“Critically, the ability of an ecRNA to be specific to the “parent” genomic DNA would seem to require some active anchoring mechanism and/or a very short transcript half-life. R-loop formation would be consistent with both of these features.”
“Further, the finding that R-loop formation at promoters is inversely correlated with DNA methylation would be consistent with our observations that ecRNA presence is associated with lower levels of promoter DNA methylation, and our findings that ecRNA knockdown results in gene silencing via methylation.”
The Future of ecRNA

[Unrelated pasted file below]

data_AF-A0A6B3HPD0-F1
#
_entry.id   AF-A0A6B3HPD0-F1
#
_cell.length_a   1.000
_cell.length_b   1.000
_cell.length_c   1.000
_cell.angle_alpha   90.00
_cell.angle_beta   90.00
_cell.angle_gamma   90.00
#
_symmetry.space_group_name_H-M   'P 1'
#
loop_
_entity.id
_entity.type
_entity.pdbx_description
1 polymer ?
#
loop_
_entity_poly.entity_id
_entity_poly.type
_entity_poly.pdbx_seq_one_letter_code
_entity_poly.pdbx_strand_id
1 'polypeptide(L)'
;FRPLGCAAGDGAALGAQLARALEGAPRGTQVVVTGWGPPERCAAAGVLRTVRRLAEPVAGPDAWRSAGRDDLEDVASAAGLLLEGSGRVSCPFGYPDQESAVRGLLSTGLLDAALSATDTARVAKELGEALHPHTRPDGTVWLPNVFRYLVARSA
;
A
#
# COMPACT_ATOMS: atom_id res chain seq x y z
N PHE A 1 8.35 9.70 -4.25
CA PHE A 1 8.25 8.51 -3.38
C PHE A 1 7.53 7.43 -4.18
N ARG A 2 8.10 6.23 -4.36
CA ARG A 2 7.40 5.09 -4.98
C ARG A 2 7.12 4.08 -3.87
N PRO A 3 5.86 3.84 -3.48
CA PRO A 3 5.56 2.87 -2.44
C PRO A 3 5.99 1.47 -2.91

Day concludes with his outlook, “I think a key step will be to characterize the mechanism that confers ecRNA specificity – this is still a big unknown. However, it will also be interesting to further understand the processes that regulate ecRNA synthesis and degradation, and continue to explore the functional role of ecRNA at different sites.”
“It has not escaped our attention that CRISPR–guided targeting of ecRNAs (as employed by John Rinn and others) will allow further insight into the functional contribution of ecRNAs. Finally, it is possible that ecRNAs may also bind other proteins that have conventionally been thought to only bind DNA. Future work by our lab and other labs will continue to explore how these interactions contribute to normal and disease function in neuronal systems.”
Go induce the rest of your neuroepigenome over at Nature Communications, July 2016